“Happiness is the consequence of personal effort… You have to participate relentlessly in the manifestations of your own blessings.”
Have you ever wondered about happiness? How does it feel exactly, are you experiencing enough of it and why everyone around you seems to be having way more fun than you?
I’ve spent the last couple of years feeling miserable and constantly fooling myself that the new job, the new house, the new boyfriend, the new pair of shoes would finally force a smile on my face.
As you can easily imagine, I ended up feeling exhausted, more confused than ever and on the verge of a professional burnout. All of my successes seamed to be leading towards an even greater sadness.
The situation got even worse when I started sharing my feelings with friends, especially the always optimistic ones, who – amidst all adversity – managed to stay cheerful, calm and confident.
What was I doing wrong? Most importantly, what were the ways that would lead me to feeling more positive and satisfied about my life? I started reading and researching. My breakthrough moment came a few years later with the notion of subjective well-being.
Subjective well-being refers to how people experience the quality of their lives and includes both emotional reactions and cognitive judgements. It’s a more wide-ranging definition of happiness that takes into account particular, personal standards.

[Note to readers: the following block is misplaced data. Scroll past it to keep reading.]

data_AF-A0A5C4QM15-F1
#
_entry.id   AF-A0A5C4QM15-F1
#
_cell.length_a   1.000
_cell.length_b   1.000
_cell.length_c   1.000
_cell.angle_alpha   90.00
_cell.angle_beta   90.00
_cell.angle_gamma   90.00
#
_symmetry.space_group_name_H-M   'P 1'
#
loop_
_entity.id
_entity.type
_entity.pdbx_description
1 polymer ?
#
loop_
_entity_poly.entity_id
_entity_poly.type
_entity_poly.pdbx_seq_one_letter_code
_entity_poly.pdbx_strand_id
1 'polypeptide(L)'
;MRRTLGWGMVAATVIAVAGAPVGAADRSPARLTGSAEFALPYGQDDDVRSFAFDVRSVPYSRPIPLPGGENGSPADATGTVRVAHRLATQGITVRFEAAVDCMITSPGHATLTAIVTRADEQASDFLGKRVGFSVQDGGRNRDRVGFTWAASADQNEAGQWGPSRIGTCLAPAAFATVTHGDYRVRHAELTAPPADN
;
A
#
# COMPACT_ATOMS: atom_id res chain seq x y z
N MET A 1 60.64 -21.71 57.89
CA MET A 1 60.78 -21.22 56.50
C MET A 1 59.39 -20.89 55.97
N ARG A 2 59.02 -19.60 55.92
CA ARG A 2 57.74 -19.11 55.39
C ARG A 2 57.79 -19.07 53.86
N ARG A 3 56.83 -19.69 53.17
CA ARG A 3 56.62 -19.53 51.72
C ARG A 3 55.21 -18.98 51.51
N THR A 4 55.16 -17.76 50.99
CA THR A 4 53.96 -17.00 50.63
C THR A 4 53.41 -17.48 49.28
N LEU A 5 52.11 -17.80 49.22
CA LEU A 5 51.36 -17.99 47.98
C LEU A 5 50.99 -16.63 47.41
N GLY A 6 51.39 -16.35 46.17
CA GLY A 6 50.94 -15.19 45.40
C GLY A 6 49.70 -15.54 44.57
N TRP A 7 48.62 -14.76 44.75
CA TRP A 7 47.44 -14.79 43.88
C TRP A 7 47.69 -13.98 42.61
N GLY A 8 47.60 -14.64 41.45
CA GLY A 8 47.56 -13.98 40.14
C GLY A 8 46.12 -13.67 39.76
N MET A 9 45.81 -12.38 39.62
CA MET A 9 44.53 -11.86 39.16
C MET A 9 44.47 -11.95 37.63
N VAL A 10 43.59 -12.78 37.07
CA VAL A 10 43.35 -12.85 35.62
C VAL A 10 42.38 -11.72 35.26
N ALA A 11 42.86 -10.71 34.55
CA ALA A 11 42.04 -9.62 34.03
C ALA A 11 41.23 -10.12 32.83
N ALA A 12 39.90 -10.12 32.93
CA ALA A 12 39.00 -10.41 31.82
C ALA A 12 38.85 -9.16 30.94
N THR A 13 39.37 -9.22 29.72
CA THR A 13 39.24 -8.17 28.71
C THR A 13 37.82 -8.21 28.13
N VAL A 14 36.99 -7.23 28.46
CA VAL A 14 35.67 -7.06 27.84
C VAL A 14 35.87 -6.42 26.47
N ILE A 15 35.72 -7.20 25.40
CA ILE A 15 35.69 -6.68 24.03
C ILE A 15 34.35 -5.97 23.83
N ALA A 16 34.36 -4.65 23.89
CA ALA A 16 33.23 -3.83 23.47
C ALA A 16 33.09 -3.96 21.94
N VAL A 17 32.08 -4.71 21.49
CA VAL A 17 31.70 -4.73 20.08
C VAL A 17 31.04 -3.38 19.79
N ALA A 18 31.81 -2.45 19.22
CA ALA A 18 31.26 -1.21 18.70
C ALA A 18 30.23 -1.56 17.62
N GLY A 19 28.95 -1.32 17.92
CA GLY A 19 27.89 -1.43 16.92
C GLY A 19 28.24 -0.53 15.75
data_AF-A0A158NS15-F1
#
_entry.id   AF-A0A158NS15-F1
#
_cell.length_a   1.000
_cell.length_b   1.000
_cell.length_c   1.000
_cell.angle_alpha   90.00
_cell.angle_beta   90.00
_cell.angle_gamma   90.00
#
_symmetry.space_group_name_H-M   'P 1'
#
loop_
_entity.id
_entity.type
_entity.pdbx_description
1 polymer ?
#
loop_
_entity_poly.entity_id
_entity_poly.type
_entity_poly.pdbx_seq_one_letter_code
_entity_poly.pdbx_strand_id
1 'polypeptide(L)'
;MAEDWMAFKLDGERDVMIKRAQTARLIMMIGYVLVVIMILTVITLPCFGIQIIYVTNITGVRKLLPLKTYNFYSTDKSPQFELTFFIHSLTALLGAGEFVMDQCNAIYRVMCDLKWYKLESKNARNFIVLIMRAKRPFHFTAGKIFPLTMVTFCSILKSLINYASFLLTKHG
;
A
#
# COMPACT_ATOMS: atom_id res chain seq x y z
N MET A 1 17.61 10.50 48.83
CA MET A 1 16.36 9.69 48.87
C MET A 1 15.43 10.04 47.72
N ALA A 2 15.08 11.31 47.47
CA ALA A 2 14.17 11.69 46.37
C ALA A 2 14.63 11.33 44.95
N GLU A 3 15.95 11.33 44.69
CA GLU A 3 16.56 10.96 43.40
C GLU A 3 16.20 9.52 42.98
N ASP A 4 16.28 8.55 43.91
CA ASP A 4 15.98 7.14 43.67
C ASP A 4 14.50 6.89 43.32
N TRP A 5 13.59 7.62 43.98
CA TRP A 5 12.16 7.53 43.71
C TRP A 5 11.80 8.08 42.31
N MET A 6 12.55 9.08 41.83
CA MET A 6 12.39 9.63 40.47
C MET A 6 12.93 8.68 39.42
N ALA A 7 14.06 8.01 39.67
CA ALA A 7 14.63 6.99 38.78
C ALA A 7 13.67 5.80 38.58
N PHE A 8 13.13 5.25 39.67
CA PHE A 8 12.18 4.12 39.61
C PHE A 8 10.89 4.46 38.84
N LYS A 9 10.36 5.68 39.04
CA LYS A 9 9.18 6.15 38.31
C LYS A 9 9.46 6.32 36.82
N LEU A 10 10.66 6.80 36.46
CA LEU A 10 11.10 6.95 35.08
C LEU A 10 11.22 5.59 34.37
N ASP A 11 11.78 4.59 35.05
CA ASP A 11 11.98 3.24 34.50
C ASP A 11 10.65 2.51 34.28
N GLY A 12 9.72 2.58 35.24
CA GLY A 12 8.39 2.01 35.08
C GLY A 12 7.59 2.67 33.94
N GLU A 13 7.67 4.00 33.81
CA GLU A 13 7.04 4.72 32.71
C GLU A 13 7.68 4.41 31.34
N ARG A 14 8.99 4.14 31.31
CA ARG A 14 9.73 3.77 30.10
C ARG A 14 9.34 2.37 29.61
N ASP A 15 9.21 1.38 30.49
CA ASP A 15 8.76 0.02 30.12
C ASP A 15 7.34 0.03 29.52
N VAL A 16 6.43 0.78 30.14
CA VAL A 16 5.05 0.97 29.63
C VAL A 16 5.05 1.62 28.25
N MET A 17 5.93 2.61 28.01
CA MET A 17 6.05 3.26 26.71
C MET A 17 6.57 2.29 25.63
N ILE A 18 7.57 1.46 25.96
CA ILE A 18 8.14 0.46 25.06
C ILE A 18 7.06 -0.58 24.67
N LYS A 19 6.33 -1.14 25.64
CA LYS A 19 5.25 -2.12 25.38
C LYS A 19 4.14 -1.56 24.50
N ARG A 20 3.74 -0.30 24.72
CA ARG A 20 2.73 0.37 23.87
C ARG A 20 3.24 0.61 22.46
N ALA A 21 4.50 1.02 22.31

SWB assesses life satisfaction in terms of past experiences, future expectations and in relation to personal traits. This means that there is no universal definition of happiness, but rather an individual perception of the goals, standards, expectations and concerns.
Consequently, happiness is a broad term that can be used interchangeably with ‘well-being’, ‘quality of life’, ‘a state of equilibrium and balance’. Attempting to define happiness is like finding a definition of normality. Simply focusing on an absence of problems is just not enough.
What I like to focus on in my own quest for well-being (or happiness, or balance) is bringing awareness and conscious attention to positive functioning and experience: listening and trusting my own body, developing as a person, making a contribution to the community.
As descriptive as it may sound, this definition gives me a sense of empowerment and equilibrium that is measurable and achievable through my own actions. It allows a whole area of personal experiences and activities that I can focus on and consciously practice.
It also means that your definition and perception of happiness may be completely different, in that it considers the aspects that are important to you, and a baseline – or normality – that is determined primarily by your personality traits and genetic factors.
Finally, the good news. We can enhance our own levels of happiness with simple strategies, personal training and practical steps. And that’s what this blog will be about.